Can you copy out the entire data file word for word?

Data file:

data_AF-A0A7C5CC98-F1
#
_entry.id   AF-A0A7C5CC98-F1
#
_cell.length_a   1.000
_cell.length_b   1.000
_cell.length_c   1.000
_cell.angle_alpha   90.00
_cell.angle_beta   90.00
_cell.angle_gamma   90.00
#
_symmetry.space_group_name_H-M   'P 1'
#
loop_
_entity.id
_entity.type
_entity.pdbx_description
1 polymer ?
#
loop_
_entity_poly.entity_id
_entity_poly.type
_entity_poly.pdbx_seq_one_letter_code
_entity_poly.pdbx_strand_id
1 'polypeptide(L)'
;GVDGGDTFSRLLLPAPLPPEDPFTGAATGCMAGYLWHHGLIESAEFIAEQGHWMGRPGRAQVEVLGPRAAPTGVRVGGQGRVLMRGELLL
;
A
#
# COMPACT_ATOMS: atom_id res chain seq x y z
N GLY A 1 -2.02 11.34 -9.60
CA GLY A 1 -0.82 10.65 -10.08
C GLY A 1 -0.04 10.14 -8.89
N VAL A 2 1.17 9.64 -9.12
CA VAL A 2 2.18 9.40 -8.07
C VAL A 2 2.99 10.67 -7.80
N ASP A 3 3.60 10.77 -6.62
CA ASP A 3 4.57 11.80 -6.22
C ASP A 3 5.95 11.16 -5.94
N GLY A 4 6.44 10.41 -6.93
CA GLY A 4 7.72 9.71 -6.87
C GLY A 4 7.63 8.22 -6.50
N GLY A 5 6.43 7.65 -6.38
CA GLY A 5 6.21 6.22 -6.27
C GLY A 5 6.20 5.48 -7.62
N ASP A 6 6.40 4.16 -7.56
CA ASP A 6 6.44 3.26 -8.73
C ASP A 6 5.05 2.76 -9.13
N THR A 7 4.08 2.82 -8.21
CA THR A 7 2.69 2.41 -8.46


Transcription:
data_AF-A0A7C5CC98-F1
#
_entry.id   AF-A0A7C5CC98-F1
#
_cell.length_a   1.000
_cell.length_b   1.000
_cell.length_c   1.000
_cell.angle_alpha   90.00
_cell.angle_beta   90.00
_cell.angle_gamma   90.00
#
_symmetry.space_group_name_H-M   'P 1'
#
loop_
_entity.id
_entity.type
_entity.pdbx_description
1 polymer ?
#
loop_
_entity_poly.entity_id
_entity_poly.type
_entity_poly.pdbx_seq_one_letter_code
_entity_poly.pdbx_strand_id
1 'polypeptide(L)'
;GVDGGDTFSRLLLPAPLPPEDPFTGAATGCMAGYLWHHGLIESAEFIAEQGHWMGRPGRAQVEVLGPRAAPTGVRVGGQGRVLMRGELLL
;
A
#
# COMPACT_ATOMS: atom_id res chain seq x y z
N GLY A 1 -2.02 11.34 -9.60
CA GLY A 1 -0.82 10.65 -10.08
C GLY A 1 -0.04 10.14 -8.89
N VAL A 2 1.17 9.64 -9.12
CA VAL A 2 2.18 9.40 -8.07
C VAL A 2 2.99 10.67 -7.80
N ASP A 3 3.60 10.77 -6.62
CA ASP A 3 4.57 11.80 -6.22
C ASP A 3 5.95 11.16 -5.94
N GLY A 4 6.44 10.41 -6.93
CA GLY A 4 7.72 9.71 -6.87
C GLY A 4 7.63 8.22 -6.50
N GLY A 5 6.43 7.65 -6.38
CA GLY A 5 6.21 6.22 -6.27
C GLY A 5 6.20 5.48 -7.62
N ASP A 6 6.40 4.16 -7.56
CA ASP A 6 6.44 3.26 -8.73
C ASP A 6 5.05 2.76 -9.13
N THR A 7 4.08 2.82 -8.21
CA THR A 7 2.69 2.41 -8.46